Christiaan Snouck Hurgronje

Christiaan Snouck Hurgronje

DR. CHRISTIAAN Snouck Hurgronje (8 February 1857 – 26 June 1936) was a Dutch scholar of Oriental cultures and languages and Advisor on Native Affairs to the colonial government of the Netherlands East Indies (now Indonesia).

Born in Oosterhout in 1857, he became a theology student at Leiden University in 1874. He received his doctorate at Leiden in 1880 with his dissertation ‘Het Mekkaansche Feest’ (“The Festivities of Mecca”). He became a professor at the Leiden School for Colonial Civil Servants in 1881.

Snouck, who was fluent in Arabic, through mediation with the Ottoman governor in Jeddah, was examined by a delegation of scholars from Mecca in 1884 and upon successfully completing the examination was allowed to commence a pilgrimage to the Holy Muslim city of Mecca in 1885.
He was one of the first Western scholars of Oriental cultures to do so.

A pioneering traveler, he was a rare Western presence in Mecca, but embraced the culture and religion of his hosts with passion, converting to Islam.

In 1889 he became professor of Malay at Leiden University and official advisor to the Dutch government on colonial affairs. He wrote more than 1,400 papers on the situation in Atjeh and the position of Islam in the Dutch East Indies, as well as on the colonial civil service and nationalism.

As the adviser of J. B. van Heutsz, he took an active role in the final part (1898–1905) of the Aceh War (1873–1913). He used his knowledge of Islamic culture to devise strategies which significantly helped crush the resistance of the Aceh inhabitants and impose Dutch colonial rule on them, ending a 40 year war with varying casualty estimates of between 50,000 and 100,000 inhabitants dead and about a million wounded.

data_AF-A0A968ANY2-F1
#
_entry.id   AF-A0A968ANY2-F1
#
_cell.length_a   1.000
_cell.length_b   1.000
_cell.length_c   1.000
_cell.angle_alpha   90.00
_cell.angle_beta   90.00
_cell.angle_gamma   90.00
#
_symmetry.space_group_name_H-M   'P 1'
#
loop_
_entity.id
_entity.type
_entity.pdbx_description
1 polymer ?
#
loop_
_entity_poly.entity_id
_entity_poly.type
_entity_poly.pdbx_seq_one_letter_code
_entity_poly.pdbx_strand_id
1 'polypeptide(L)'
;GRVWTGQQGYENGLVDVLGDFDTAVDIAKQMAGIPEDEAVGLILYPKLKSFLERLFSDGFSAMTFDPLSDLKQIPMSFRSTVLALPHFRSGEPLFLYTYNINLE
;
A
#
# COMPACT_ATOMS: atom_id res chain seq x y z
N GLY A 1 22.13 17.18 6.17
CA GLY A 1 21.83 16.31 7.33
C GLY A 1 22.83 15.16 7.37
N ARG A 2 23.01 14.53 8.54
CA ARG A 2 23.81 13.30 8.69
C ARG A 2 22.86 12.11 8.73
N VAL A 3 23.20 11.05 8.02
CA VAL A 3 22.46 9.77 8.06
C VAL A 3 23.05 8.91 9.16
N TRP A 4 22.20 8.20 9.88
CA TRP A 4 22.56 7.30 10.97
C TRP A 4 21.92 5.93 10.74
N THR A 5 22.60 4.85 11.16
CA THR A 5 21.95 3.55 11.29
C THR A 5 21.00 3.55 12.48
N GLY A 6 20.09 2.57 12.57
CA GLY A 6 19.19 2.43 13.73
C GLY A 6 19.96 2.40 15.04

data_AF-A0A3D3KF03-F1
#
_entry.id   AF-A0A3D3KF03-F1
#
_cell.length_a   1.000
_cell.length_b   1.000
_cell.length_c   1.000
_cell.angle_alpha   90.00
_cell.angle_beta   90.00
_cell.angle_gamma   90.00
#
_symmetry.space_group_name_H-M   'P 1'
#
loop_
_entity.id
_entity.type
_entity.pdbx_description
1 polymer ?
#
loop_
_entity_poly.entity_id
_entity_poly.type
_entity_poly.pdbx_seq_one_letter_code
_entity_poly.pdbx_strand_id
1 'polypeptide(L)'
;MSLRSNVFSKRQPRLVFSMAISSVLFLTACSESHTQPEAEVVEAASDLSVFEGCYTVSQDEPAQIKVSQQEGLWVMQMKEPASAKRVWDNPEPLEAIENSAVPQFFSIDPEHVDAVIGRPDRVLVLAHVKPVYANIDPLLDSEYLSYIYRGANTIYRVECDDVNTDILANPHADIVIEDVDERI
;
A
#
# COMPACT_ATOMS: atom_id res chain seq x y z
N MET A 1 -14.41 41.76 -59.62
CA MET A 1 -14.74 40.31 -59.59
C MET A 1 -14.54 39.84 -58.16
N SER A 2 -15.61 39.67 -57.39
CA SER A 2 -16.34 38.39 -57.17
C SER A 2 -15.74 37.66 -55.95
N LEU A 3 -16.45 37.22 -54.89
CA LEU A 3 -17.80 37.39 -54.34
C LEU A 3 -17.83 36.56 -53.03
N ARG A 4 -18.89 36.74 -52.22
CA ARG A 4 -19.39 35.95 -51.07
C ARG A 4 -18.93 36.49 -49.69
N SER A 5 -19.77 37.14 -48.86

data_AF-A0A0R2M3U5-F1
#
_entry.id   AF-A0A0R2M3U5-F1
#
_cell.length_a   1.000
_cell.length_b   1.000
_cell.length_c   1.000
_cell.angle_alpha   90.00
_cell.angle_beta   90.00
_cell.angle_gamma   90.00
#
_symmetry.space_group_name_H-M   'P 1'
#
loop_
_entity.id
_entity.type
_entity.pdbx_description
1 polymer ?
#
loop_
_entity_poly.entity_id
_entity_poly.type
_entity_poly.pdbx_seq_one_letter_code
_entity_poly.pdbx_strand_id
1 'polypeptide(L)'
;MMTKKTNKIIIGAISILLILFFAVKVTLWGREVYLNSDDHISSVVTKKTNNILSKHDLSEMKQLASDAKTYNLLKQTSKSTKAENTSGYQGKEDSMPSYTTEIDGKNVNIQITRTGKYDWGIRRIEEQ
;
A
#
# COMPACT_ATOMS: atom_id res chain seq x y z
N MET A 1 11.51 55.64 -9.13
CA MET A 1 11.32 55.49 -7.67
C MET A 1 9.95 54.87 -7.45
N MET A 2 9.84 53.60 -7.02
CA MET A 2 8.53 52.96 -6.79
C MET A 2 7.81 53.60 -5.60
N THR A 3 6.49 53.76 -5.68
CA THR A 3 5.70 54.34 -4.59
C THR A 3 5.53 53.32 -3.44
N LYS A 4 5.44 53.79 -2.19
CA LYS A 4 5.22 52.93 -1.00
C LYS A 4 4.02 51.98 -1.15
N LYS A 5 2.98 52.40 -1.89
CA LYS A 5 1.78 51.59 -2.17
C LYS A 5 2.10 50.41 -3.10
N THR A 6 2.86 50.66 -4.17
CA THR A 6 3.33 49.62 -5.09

His success in the Aceh War earned him influence in shaping colonial administration policy throughout the rest of the Dutch East Indies, however deeming his advise insufficiently implemented he returned to the Netherlands in 1906. Back in the Netherlands Snouck continued a successful academic career.

— Wikipedia

Ch. O. van der Plas

Ch. O. van der Plas

CHARLES O. van der Plas or Ch. O. van der Plas (1891-1977) was an administrator in the Dutch East Indies colonial government who served as the Governor of the State of East Java during the Indonesian National Revolution.

He was born on 15 May 1891 in Buitenzorg, Duth East Indie (Bogor, Indonesia) and died on 7 June 1977 in Zwolle, a municipality and the capital city of the province of Overijssel, Netherlands, 120 kilometres (75 mi) northeast of Amsterdam.

He is son of Charles Olke van der Plas Sr., Administrator in the cultures, and jkvr. Catharina Cornelia Eleanor Clifford Kocq van Breugel. He married Lilian Mabel Skerrett Rogers on 30 April 1919. From this marriage one son and one daughter were born. After her death on 10 December 1924, on 8 November 1933 he married Johanna Jacoba Willemina Hermine Pleijte. From this marriage no children were born.

After finishing his high school, on September 22, 1908 van der Plas went to the University of Leiden to study to prepare for the exam for the Dutch East Indian administrative service on June 20, 1911. In 1912, he started as an administrative officer in the Civil Service (BB) in Java and was inspector of BB. Since 1913, the fulfillment of special tasks drew early attention to him. In 1919 he was admitted to the Netherlands’s Bestuursacademie and he wooed the function of Dutch consul in Jeddah. It was the famous Leiden Professor C. Snouck Hurgronje who chose him for this strategic diplomatic post. He served as as the Dutch consul to Jeddah in Saudi Arabia from 1921 to 1926.